Words you’ll never read in the Arizona Republic

The Arizona Department of Public Safety has located 25 illegal alien co-conspirators in a drophouse — along with four of their coyotes or transporters, to whom they paid thousands of dollars to bring them into the United States by circumventing the laws of our sovereign nation — as they used stealth and trickery to enter unlawfully.

The Republic’s article was originally titled: “25 immigrants saved from Phoenix drophouse,” implying that “immigrants“ who had legally migrated to the United States were being held by strangers who kidnapped them from the streets of their native lands, forcing them to come to Arizona.

The report in the newspaper reads like this.

We are happy to provide our glossary to assist in reading the news report in Republicese.

5 Responses to Words you’ll never read in the Arizona Republic

  1. John Williams says:

    The newspaper makes the illegals sound like victims, yet these coyotes are the very people they contracted with and paid to bring them across the border. I appreciate your glossary, which exposes the word games the AZ Republic has made an art form.

  2. Jana Simmons says:

    There are many of us who deeply appreciate your continued attention to this issue, that is costing Arizona taxpayers dearly. The expenditures in numerous benefits, education including ESL, medical care for which we foot the bill and criminal justice related matters are unsustainable. And in these difficult economic times, we are having trouble keeping our own heads above water. The illegals should stay in their homelands and repair their own country’s economy.

  3. Dennis O'Brien says:

    The glossary should be printed on a card and distributed to each and every person we meet. They should also be mailed to the editorial staff and reporters at the Arizona Republic newspaper. It won’t change their style, but it will alert them to the fact that we, the citizens of the state and this nation, are on to them.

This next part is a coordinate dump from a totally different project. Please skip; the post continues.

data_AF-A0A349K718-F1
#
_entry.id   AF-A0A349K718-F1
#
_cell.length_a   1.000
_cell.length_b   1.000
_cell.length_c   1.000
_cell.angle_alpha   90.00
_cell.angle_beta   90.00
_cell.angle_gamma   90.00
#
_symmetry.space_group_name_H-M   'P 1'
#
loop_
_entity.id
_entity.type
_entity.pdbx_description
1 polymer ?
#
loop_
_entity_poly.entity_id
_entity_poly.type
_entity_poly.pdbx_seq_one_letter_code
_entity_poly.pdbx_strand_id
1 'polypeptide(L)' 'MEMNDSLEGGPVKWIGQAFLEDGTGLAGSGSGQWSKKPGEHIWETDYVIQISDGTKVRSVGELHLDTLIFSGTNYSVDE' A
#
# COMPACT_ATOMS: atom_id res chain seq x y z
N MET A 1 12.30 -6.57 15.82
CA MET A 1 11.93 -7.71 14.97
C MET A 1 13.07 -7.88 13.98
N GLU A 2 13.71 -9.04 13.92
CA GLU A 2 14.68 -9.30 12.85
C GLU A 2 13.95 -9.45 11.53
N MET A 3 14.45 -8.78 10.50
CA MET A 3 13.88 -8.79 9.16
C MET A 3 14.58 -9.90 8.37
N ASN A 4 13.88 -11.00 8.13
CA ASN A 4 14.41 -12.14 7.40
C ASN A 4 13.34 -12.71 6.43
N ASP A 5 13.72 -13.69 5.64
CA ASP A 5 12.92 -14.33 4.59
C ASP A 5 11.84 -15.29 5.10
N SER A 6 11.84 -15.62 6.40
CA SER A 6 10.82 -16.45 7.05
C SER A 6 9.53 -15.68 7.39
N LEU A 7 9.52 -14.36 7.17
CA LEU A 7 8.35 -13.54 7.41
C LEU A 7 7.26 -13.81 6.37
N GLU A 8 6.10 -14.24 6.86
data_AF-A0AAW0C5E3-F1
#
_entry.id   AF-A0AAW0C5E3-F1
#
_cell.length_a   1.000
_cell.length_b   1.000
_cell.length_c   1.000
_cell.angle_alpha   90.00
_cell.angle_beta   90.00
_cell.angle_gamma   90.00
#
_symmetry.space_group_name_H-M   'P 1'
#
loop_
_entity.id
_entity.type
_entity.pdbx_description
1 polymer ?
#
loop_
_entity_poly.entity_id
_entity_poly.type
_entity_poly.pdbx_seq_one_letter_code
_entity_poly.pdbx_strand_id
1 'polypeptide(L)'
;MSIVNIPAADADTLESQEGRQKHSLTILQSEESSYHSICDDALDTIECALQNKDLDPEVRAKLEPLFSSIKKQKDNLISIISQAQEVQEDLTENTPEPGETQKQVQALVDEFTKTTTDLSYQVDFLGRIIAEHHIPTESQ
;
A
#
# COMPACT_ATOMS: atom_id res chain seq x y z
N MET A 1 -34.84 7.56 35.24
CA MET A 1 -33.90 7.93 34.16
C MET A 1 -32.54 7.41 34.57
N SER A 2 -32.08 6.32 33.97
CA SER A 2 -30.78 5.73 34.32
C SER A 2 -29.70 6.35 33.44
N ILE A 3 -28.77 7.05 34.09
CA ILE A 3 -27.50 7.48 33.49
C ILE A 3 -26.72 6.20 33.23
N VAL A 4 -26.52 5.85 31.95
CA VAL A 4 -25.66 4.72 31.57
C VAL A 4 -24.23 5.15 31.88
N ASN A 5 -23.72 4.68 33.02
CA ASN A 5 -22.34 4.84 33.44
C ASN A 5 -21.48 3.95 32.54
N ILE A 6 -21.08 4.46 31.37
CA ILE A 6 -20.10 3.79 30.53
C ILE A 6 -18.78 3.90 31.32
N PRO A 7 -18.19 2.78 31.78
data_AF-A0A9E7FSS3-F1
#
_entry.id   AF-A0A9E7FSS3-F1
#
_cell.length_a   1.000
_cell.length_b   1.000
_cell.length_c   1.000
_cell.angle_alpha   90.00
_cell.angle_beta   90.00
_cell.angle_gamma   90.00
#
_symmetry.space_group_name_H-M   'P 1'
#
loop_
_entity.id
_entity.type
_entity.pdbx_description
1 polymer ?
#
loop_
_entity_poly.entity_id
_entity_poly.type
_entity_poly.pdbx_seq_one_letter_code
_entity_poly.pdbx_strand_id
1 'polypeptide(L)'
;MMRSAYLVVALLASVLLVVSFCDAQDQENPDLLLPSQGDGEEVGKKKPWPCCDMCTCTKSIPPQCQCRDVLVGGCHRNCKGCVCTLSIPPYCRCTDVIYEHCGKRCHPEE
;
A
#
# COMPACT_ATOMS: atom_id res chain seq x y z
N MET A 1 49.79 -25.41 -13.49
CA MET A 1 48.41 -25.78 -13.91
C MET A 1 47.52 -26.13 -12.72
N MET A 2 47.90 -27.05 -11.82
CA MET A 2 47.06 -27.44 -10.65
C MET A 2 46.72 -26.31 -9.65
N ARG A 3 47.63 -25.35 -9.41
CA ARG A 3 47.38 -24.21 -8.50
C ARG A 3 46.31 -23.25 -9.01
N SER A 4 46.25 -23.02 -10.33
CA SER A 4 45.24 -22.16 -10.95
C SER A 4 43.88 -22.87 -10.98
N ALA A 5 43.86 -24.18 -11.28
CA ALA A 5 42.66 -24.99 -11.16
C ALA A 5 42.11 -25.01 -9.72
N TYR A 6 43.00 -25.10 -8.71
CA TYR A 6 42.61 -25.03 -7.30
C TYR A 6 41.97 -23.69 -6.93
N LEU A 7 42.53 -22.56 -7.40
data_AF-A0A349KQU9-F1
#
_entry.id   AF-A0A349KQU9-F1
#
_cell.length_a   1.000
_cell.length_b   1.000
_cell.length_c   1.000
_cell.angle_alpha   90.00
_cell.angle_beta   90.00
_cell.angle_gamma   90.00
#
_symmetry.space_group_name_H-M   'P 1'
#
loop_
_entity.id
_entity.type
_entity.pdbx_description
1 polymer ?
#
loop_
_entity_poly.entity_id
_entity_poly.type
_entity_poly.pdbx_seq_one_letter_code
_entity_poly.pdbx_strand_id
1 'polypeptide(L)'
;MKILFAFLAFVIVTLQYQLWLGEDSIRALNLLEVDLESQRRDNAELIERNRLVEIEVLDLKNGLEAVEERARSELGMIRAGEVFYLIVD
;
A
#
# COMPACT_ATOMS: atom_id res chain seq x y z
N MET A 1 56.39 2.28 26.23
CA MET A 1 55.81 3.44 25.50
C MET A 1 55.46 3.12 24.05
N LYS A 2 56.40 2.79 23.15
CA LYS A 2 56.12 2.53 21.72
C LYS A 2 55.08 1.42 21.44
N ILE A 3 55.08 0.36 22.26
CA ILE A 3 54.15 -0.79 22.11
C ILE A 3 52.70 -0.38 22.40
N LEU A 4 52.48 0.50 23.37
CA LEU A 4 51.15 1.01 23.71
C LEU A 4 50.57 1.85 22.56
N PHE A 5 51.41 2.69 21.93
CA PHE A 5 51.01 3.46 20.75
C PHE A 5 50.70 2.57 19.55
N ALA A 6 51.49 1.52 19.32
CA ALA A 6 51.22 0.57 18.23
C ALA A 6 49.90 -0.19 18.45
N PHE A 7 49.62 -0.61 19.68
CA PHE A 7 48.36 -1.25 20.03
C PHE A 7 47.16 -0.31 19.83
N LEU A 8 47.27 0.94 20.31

4. SherriAZ says:

    Yet another story placing illegals in the role of victim, followed by a story on AZCentral about an illegal who became a phoney pastor and somehow escaped being deported. This guy is not affiliated with any church and has no training whatsover, yet tells the reporter that he was sent to America by God. (he probably thinks he sees the Virgin Mary in his morning cereal too)

    Clearly this born again charlatan lacks Scriptural knowledge or he would know that Christ said that we should follow the laws and rulings of those put into authority over us and “render unto Caesar what is Caesar’s”. Christ would not welcome a “pastor” who uses a phoney title to skirt the law. Many Christian pastors- I’m talking the real ones here – teach that real Christians follow the law. People who are here illegally and are Christians will do the right thing and self deport rather than break the law. Clearly this is a lesson that escapes those who are “self taught” in theological doctrine.

  5. Night Owl says:

    Following the law or biblical scriptures is not what these people are about, Sherri, They break the law the first day they step foot on our soil and compound the crime by purchasing false documents to aid them in their deception. It’s a never ending cycle. The costs they place on Americans are great.